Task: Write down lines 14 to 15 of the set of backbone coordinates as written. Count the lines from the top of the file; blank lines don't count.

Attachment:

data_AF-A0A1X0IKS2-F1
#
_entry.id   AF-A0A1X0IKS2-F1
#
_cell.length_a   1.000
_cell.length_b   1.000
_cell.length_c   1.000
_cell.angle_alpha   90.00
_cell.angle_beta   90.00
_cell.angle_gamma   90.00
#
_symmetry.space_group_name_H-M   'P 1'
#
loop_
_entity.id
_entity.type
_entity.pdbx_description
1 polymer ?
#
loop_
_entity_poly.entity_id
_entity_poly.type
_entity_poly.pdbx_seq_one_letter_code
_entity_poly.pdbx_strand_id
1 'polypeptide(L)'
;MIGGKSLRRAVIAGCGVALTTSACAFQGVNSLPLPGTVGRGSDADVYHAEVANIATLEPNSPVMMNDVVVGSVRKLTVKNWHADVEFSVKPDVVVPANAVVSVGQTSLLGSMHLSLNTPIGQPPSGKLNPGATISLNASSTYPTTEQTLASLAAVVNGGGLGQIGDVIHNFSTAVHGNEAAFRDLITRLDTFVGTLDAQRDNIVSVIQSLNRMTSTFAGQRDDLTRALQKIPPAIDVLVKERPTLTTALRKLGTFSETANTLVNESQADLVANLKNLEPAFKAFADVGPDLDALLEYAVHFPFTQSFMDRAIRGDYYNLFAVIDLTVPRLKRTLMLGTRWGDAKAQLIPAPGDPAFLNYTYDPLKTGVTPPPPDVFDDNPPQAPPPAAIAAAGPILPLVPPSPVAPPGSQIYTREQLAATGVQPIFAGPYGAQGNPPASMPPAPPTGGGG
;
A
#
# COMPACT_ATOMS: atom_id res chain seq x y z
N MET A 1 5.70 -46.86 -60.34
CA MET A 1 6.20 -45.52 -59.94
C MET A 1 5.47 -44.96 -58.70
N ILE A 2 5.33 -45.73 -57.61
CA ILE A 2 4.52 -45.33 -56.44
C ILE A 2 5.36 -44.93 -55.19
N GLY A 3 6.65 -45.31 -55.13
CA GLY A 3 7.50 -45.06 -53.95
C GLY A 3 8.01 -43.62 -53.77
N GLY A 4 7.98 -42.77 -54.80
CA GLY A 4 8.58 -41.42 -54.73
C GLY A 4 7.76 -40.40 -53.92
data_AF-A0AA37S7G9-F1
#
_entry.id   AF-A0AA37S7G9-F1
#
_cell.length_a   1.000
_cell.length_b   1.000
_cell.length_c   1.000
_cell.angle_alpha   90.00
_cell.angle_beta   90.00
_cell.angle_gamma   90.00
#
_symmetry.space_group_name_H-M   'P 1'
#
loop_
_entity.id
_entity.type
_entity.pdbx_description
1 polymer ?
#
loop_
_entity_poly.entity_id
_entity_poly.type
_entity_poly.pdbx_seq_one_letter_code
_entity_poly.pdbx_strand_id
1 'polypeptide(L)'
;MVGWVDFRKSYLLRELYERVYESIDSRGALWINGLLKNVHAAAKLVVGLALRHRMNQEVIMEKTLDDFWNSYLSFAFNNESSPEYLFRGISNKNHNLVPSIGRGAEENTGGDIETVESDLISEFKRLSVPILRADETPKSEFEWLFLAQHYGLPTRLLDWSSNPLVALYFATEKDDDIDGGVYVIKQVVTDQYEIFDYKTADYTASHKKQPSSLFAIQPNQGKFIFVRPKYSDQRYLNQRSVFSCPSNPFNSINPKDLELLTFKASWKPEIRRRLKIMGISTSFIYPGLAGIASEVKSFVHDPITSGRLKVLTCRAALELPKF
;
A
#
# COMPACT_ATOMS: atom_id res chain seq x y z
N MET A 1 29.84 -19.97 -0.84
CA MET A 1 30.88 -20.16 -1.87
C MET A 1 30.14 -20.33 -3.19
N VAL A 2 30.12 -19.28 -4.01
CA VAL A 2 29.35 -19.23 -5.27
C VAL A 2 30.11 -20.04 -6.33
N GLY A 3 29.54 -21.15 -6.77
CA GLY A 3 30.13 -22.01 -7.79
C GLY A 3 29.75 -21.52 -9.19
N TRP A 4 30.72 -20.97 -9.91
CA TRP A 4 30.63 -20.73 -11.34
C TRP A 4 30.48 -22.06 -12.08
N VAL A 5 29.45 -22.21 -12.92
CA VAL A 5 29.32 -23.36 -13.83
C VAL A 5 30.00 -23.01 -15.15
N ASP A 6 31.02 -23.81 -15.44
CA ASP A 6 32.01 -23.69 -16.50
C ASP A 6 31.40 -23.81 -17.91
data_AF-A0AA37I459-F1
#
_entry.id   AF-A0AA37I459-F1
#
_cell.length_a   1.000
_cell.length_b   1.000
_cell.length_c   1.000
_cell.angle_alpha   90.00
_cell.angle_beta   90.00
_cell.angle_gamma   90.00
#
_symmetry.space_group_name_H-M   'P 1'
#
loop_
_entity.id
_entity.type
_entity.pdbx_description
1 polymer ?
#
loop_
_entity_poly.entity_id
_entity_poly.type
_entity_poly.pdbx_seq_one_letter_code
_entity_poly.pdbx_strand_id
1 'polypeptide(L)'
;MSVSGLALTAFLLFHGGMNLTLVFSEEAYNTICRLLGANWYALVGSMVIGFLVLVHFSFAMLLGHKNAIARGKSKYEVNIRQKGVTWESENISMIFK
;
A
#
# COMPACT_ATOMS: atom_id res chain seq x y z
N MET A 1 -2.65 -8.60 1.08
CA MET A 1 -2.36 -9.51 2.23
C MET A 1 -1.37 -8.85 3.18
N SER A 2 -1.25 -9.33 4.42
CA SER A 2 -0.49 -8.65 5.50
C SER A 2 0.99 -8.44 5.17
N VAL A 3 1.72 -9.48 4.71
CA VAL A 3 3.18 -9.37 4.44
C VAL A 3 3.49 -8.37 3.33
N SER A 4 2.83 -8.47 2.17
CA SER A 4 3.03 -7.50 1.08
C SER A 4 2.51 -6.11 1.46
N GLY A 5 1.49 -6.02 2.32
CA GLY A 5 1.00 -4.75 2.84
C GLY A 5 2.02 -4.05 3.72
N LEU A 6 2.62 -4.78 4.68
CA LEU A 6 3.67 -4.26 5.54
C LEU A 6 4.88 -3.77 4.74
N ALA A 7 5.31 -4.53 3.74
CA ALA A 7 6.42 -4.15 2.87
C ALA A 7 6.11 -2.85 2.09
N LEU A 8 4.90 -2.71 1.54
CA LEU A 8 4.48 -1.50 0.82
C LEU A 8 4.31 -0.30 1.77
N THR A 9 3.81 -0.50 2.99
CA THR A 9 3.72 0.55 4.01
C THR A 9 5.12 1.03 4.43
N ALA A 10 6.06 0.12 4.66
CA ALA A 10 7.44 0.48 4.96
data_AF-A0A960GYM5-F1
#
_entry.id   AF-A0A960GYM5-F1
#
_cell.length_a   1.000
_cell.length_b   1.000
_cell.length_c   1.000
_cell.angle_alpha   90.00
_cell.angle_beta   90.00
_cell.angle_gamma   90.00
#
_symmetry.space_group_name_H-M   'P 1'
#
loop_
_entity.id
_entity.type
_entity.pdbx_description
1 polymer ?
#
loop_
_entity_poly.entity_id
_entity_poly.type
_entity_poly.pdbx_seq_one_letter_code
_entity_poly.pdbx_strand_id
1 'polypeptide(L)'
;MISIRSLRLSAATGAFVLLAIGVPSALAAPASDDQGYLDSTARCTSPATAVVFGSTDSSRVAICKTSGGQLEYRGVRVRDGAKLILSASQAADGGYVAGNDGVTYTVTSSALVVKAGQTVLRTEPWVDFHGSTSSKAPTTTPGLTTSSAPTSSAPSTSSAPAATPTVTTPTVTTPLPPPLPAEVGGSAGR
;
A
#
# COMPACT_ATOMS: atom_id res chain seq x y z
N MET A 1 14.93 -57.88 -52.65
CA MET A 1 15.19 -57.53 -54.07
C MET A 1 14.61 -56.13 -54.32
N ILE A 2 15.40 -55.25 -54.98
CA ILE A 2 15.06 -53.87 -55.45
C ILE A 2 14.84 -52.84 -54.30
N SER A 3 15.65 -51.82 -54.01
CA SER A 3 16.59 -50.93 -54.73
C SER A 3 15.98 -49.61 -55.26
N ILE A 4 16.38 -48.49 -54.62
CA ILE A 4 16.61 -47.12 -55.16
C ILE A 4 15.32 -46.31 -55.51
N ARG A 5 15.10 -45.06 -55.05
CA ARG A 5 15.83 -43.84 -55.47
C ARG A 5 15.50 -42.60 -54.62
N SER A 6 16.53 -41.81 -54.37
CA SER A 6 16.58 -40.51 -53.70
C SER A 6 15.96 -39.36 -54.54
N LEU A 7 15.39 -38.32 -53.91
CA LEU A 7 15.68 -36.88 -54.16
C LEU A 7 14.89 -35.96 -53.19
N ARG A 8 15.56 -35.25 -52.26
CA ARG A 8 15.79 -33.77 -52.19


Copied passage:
loop_
_entity.id